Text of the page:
Chris attests to the difficulties of making readers aware of your work… of course, that’s outside the technological tricks used in Amazon and other places.
I’m interested in what Tim sees – he did philosophy, right?
Angela conveys her love of France and her books sound an interesting read. Our discussion prompted a peep at my ageing circa 1944 vintage) World Citizen’s Atlas .
I drive the long journey home. The early mildness 11º C becomes 5 º C and in parts falls to frost level. Thoughts continue to press. It has been long since Burnley had a bookshop. The links that bind writers together are weak. How do we know what others are up to? What can we do to bind our initiatives to a greater whole? For now it’s look for events to fill our calendar.
Sometimes you see the heart of a piece and know it is true. The fates haven’t been kind or I would have acquired more books today. I made do with Tim Taylor’s 2nd novel. The sun is in my eyes most of the way back. I’m taking the Shaw Road. It dips and turns on the moor tops and somehow, refuses to turn from the light. For long stretches I squint under the sun visor, cautious of oncoming traffic. At first there are a few road walkers and even the odd cyclist – the latter are the most concern. That apart, 11 miles of road is empty. A motorbike follows me a sensible distance behind. Eventually we drop into Saddleworth and with the sun out of my eyes I can reflect.
I’ve always wondered about the French view of the Anglosphere. Given chance, would they take steps to cut it down or even eliminate it (a central component of my first novel A Guide to First Contact). A missed opportunity to get Angela’s views.
It would be nice if the great and the good were to afford more space to events up north – can’t see the likes of the Guardian ever doing that… perhaps there are literary diaries and I am looking in the wrong places. The days of getting an article in your local newspaper and then preloading a couple of books in your local bookshop are pretty much done. The death knell was when Resale Price Maintenance ended, good for supermarkets and bad for the rest. Supermarkets have made a good job of hollowing out local communities; hand-in-hand with this, BBC local radio and the internet have ravaged local papers. In my home town of Burnley, population 70,000, the bookshop closed about 15 years back; the offices of its paper, the Burnley Express, are now whittled down to nothing. *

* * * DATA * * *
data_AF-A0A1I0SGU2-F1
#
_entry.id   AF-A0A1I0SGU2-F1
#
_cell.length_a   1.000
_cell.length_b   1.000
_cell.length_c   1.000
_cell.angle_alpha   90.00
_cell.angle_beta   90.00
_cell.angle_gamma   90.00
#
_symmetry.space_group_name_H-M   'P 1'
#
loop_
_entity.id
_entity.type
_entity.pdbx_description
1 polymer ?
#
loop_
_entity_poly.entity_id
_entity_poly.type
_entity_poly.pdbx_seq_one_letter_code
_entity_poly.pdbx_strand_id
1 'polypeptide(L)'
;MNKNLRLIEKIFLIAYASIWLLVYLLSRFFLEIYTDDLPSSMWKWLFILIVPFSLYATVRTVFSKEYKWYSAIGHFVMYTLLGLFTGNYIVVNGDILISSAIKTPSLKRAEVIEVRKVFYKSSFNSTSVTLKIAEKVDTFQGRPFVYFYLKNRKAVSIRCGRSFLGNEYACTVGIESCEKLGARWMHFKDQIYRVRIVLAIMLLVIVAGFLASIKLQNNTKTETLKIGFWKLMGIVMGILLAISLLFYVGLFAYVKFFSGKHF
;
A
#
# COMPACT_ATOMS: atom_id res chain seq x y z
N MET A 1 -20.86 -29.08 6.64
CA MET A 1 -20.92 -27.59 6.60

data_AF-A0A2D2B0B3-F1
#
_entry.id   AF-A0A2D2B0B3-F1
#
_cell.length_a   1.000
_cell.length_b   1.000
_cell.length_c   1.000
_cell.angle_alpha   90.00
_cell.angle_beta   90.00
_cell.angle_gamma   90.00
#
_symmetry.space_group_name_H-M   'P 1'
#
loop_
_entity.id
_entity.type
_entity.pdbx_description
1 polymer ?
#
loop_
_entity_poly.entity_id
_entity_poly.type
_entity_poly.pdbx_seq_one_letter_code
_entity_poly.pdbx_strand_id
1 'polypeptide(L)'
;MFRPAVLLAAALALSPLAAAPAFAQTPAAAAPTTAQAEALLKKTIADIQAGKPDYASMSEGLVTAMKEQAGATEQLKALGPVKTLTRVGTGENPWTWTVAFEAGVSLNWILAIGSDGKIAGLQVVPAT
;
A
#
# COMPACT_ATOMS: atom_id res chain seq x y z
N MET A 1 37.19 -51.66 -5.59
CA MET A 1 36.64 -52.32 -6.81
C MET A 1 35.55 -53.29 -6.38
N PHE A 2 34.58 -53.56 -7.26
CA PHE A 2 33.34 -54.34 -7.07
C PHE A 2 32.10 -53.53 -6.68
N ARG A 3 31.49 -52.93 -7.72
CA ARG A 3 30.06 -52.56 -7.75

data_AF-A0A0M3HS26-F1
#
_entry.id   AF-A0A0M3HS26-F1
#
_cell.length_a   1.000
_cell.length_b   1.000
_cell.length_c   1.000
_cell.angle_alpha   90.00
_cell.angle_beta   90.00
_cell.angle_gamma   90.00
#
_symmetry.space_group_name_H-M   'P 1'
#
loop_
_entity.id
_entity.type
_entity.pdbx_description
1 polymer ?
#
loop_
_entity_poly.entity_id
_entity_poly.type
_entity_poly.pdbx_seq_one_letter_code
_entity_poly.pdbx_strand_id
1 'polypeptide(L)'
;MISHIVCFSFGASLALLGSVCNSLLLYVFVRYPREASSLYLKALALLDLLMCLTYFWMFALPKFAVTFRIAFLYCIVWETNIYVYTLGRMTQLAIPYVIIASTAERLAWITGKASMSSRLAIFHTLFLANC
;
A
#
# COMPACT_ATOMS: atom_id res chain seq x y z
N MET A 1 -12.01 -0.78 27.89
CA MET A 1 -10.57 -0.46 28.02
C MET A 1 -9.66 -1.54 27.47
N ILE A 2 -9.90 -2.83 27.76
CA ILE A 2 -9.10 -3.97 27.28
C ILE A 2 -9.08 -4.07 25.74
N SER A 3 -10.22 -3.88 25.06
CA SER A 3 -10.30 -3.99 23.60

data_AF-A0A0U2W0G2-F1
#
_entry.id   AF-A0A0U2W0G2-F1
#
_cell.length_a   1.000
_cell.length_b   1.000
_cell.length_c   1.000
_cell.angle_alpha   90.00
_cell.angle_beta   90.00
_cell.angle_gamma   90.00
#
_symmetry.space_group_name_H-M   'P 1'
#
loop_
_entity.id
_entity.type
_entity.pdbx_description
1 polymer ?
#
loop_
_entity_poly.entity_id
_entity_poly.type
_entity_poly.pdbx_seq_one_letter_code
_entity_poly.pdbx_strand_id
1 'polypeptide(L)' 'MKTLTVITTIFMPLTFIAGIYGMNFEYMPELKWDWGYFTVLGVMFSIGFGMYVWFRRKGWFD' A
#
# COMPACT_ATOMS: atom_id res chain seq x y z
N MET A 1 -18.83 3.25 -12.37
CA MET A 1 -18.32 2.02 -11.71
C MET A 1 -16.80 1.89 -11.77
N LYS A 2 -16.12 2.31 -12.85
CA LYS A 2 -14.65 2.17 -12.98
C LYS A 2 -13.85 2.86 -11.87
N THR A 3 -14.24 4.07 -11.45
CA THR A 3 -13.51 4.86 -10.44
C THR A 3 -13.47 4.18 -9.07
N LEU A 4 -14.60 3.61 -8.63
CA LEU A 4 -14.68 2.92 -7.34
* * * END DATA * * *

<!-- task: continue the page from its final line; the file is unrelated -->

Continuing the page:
What if supermarkets paid more than lip-service to Social Accounting (leave nothing nasty where the public can see)? Imagine different store layouts so local authors, or any self organising local artist, could have a chance to show the community what they’ve been up to. It wouldn’t need to be shackled to supply chain mechanics. Supermarkets more than an in-out experience? I’ve talked to supermarket managers – they don’t have the say-so and ultimately the question is: What’s in it for them? Yes they’re instrumental in de-culturising communities but they’re just box shifters. People are expected to come, buy and get out. The likes of Tesco and ASDA have enough on their respective plates dealing with the food hygiene fallout from 2 Sisters. What can they offer? Nicer place-boards advertising local builders and decorators. That’s about it.
The motorbike takes off in a different direction and I head for my office.